Lemon Balm

Herbal nootropics are often powerful tools that can benefit our bodies and brains in many different ways.

Lemon balm is no exception to this rule and offers a variety of benefits to help boost cognition, create calmness, reduce anxiety, and promote better sleep.

For centuries people used this plant as a way to promote good health. Its primary function as a sleep aid is well known, but new studies show just how powerful this plant can be to your mind.

What is Lemon Balm?

Lemon balm is a plant found in the Mediterranean region of the world. Ancient Romans used to steep the leaves into their wine as a way to improve their overall health. In fact, many people drink lemon balm tea for its soothing effect.

But there is so much more to lemon balm than a pleasant tea and a way to fall asleep faster.

There are actual compounds found in lemon balm that can help stimulate good GABA activity and relieving stress. There are even studies that look into the way it can help Alzheimer’s patients and improve their cognition.

Lemon balm is quite popular as a tea, and you can find it in most health food stores and even in some grocery stores.

If you choose to drink it as a tea, make sure you look at all the other ingredients and buy from a brand or supplier you trust. The extract of lemon balm is much more powerful, and if you choose the right source, you can see benefits right away.

In short, lemon balm is a simple and effective way to reap tons of cognitive benefits from a more relaxed mood to decreased cognitive disturbances.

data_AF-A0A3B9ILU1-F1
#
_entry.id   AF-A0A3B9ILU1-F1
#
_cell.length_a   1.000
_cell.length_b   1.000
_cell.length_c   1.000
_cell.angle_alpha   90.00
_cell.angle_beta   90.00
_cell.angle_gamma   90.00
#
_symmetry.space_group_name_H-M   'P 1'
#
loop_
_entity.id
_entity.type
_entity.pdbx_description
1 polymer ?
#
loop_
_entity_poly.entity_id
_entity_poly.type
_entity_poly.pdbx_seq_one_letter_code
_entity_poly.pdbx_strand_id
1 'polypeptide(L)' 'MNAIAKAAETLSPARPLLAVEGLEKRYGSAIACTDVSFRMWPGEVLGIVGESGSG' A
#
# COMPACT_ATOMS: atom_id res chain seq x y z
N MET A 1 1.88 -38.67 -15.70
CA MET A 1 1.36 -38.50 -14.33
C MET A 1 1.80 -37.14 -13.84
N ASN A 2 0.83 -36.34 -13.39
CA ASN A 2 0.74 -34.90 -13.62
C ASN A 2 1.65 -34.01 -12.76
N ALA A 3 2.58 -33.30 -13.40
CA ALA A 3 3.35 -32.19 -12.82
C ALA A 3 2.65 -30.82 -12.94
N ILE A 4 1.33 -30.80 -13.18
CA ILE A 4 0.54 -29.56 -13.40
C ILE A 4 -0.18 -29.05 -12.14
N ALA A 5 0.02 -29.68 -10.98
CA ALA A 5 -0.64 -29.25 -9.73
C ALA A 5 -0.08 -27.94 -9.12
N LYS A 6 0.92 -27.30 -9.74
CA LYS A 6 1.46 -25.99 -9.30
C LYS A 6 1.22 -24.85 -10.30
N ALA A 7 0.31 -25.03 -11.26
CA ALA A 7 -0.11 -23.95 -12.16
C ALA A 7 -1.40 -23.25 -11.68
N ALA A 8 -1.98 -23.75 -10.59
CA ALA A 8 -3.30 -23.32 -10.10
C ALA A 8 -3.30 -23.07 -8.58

These benefits can be helpful for healthy individuals and those who have diseases like Alzheimer’s and dementia.

Other Names for Lemon Balm

Melissa officinalis, Honey Plant, Sweet Balm, Common Balm, Dropsy Plant, Melissae Folium

Editor’s Note

I tend to suffer from anxiety from time to time. It isn’t anything debilitating, but it can get in the way of certain things like public performances or presentations.

After reading recent research about lemon balm’s ability to relieve anxiety, I decided to try it in tea form. I knew that the tea wasn’t the strongest form of lemon balm, but because it was the first time I didn’t want to be overwhelmed.

I definitely felt a soothing effect and about an hour after I had the tea, I was more relaxed and even started nodding off much earlier than I normally do.

For this reason, if you’ve never tried lemon balm tea you should do so right before bed, so you don’t fall asleep anywhere inconvenient.

The main mechanism of lemon balm is to inhibit GABA, a neurotransmitter that regulates fear and anxiety.

By inhibiting GABA, lemon balm hel